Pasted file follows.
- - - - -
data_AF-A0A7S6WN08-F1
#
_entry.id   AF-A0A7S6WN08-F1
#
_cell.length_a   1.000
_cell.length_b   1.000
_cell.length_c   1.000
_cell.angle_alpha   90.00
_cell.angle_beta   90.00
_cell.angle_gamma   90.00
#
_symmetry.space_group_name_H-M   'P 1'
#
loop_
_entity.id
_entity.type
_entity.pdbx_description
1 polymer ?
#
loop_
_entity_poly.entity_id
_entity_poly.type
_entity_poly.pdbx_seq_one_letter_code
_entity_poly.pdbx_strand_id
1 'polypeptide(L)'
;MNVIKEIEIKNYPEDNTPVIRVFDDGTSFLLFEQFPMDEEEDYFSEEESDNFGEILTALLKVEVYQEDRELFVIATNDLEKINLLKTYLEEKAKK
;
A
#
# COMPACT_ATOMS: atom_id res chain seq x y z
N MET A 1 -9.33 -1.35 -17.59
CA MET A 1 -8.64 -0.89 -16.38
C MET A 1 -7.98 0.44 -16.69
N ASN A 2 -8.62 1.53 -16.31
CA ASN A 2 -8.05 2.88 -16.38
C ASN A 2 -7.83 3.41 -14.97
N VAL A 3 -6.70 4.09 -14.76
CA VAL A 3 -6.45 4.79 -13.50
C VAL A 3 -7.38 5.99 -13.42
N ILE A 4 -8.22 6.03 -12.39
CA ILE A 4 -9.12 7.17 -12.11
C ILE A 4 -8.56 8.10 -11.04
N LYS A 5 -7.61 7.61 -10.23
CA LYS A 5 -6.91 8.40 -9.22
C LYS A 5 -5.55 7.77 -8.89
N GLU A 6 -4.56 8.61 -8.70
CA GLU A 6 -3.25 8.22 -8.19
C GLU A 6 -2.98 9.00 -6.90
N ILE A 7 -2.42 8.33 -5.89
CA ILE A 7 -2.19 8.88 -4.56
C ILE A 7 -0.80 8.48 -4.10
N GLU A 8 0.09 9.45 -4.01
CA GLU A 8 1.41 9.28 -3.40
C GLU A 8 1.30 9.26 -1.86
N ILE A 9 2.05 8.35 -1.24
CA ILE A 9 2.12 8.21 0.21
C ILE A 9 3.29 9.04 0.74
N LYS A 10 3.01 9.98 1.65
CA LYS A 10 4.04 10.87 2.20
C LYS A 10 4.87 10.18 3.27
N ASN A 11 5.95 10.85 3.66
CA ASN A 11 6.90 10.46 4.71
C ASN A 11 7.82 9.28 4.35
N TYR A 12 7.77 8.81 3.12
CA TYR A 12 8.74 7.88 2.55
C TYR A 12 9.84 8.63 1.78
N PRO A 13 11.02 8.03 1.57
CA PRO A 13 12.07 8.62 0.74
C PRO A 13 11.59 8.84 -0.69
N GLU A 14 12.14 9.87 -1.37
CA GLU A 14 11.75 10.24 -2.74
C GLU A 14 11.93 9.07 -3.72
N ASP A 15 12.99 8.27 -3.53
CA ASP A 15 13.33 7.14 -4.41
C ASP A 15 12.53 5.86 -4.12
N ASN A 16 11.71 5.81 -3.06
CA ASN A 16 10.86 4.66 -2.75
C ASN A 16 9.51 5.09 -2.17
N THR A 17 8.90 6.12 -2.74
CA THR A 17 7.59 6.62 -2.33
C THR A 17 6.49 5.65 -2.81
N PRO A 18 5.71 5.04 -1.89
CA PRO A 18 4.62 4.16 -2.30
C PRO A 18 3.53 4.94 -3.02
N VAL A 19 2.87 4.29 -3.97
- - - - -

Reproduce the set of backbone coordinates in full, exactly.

data_AF-A0A7S6WN08-F1
#
_entry.id   AF-A0A7S6WN08-F1
#
_cell.length_a   1.000
_cell.length_b   1.000
_cell.length_c   1.000
_cell.angle_alpha   90.00
_cell.angle_beta   90.00
_cell.angle_gamma   90.00
#
_symmetry.space_group_name_H-M   'P 1'
#
loop_
_entity.id
_entity.type
_entity.pdbx_description
1 polymer ?
#
loop_
_entity_poly.entity_id
_entity_poly.type
_entity_poly.pdbx_seq_one_letter_code
_entity_poly.pdbx_strand_id
1 'polypeptide(L)'
;MNVIKEIEIKNYPEDNTPVIRVFDDGTSFLLFEQFPMDEEEDYFSEEESDNFGEILTALLKVEVYQEDRELFVIATNDLEKINLLKTYLEEKAKK
;
A
#
# COMPACT_ATOMS: atom_id res chain seq x y z
N MET A 1 -9.33 -1.35 -17.59
CA MET A 1 -8.64 -0.89 -16.38
C MET A 1 -7.98 0.44 -16.69
N ASN A 2 -8.62 1.53 -16.31
CA ASN A 2 -8.05 2.88 -16.38
C ASN A 2 -7.83 3.41 -14.97
N VAL A 3 -6.70 4.09 -14.76
CA VAL A 3 -6.45 4.79 -13.50
C VAL A 3 -7.38 5.99 -13.42
N ILE A 4 -8.22 6.03 -12.39
CA ILE A 4 -9.12 7.17 -12.11
C ILE A 4 -8.56 8.10 -11.04
N LYS A 5 -7.61 7.61 -10.23
CA LYS A 5 -6.91 8.40 -9.22
C LYS A 5 -5.55 7.77 -8.89
N GLU A 6 -4.56 8.61 -8.70
CA GLU A 6 -3.25 8.22 -8.19
C GLU A 6 -2.98 9.00 -6.90
N ILE A 7 -2.42 8.33 -5.89
CA ILE A 7 -2.19 8.88 -4.56
C ILE A 7 -0.80 8.48 -4.10
N GLU A 8 0.09 9.45 -4.01
CA GLU A 8 1.41 9.28 -3.40
C GLU A 8 1.30 9.26 -1.86
N ILE A 9 2.05 8.35 -1.24
CA ILE A 9 2.12 8.21 0.21
C ILE A 9 3.29 9.04 0.74
N LYS A 10 3.01 9.98 1.65
CA LYS A 10 4.04 10.87 2.20
C LYS A 10 4.87 10.18 3.27
N ASN A 11 5.95 10.85 3.66
CA ASN A 11 6.90 10.46 4.71
C ASN A 11 7.82 9.28 4.35
N TYR A 12 7.77 8.81 3.12
CA TYR A 12 8.74 7.88 2.55
C TYR A 12 9.84 8.63 1.78
N PRO A 13 11.02 8.03 1.57
CA PRO A 13 12.07 8.62 0.74
C PRO A 13 11.59 8.84 -0.69
N GLU A 14 12.14 9.87 -1.37
CA GLU A 14 11.75 10.24 -2.74
C GLU A 14 11.93 9.07 -3.72
N ASP A 15 12.99 8.27 -3.53
CA ASP A 15 13.33 7.14 -4.41
C ASP A 15 12.53 5.86 -4.12
N ASN A 16 11.71 5.81 -3.06
CA ASN A 16 10.86 4.66 -2.75
C ASN A 16 9.51 5.09 -2.17
N THR A 17 8.90 6.12 -2.74
CA THR A 17 7.59 6.62 -2.33
C THR A 17 6.49 5.65 -2.81
N PRO A 18 5.71 5.04 -1.89
CA PRO A 18 4.62 4.16 -2.30
C PRO A 18 3.53 4.94 -3.02
N VAL A 19 2.87 4.29 -3.97